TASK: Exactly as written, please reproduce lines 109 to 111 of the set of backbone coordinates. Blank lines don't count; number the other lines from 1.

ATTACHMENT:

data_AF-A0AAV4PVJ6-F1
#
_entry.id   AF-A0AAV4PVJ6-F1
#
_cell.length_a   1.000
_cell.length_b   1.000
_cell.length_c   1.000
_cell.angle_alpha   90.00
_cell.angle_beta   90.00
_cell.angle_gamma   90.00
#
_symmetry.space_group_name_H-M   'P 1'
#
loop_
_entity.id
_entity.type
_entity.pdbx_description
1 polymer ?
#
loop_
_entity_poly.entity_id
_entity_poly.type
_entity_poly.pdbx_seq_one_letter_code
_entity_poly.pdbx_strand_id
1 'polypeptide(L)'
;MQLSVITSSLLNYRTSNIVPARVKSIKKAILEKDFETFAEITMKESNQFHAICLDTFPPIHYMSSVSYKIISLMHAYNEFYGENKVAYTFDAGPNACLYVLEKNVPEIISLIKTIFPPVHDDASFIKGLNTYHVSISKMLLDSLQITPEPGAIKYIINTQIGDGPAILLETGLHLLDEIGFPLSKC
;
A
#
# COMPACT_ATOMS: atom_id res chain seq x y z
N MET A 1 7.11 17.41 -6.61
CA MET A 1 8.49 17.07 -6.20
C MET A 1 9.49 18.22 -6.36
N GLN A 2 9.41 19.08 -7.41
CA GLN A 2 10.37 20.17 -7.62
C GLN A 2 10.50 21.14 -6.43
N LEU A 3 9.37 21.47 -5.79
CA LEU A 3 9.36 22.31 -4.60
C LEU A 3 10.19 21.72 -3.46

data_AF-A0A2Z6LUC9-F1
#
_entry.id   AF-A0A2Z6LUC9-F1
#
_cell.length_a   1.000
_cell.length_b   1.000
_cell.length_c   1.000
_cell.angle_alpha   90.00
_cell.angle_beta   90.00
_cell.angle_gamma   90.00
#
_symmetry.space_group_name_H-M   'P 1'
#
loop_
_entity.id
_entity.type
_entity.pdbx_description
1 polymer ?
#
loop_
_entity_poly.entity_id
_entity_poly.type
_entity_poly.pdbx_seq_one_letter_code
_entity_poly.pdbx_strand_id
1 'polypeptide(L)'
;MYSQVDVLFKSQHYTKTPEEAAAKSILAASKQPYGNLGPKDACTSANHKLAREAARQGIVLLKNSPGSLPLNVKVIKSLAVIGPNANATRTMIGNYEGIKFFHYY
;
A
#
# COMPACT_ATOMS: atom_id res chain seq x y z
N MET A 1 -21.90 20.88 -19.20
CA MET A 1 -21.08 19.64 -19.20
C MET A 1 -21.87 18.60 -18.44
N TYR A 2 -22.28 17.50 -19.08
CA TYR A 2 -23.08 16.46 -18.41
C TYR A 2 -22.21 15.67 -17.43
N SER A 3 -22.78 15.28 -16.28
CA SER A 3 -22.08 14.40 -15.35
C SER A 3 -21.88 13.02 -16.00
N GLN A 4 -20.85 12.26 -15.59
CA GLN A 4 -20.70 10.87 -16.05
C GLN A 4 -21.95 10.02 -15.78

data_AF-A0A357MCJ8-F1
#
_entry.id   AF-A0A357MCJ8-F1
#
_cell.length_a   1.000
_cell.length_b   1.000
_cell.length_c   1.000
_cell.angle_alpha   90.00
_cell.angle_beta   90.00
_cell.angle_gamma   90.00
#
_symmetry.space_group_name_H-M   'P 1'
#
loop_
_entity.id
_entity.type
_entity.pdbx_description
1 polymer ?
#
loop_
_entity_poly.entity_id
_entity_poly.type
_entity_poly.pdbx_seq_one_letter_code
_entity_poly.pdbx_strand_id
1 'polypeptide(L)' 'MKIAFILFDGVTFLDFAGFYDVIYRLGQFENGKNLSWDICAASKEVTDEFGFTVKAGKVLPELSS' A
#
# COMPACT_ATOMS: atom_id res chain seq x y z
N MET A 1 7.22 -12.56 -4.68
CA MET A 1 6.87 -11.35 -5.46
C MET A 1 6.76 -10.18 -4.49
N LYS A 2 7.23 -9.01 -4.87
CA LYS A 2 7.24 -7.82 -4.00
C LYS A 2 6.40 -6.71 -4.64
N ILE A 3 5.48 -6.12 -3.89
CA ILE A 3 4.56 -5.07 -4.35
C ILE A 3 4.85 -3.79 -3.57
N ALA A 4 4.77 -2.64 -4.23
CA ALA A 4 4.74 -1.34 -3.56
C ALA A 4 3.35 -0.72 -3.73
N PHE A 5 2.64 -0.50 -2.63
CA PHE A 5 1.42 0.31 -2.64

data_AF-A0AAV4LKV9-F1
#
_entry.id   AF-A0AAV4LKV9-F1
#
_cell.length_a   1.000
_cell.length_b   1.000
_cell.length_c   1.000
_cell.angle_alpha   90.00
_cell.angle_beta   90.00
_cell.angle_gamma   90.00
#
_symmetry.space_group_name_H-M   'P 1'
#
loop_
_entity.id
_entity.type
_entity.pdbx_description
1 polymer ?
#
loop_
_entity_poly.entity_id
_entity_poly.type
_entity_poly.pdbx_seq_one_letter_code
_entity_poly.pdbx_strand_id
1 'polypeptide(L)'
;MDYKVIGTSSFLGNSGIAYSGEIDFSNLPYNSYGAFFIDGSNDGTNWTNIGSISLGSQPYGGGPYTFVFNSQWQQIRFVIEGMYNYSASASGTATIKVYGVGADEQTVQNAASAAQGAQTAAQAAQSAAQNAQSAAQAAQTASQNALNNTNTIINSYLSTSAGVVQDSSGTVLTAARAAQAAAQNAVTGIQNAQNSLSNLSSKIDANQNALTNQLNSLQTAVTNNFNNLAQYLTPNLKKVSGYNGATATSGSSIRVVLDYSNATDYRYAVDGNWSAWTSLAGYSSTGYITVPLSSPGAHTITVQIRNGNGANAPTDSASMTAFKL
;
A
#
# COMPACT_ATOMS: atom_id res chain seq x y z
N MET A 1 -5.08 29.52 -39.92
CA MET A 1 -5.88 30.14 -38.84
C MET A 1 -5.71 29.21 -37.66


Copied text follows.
N MET A 1 7.22 -12.56 -4.68
CA MET A 1 6.87 -11.35 -5.46
C MET A 1 6.76 -10.18 -4.49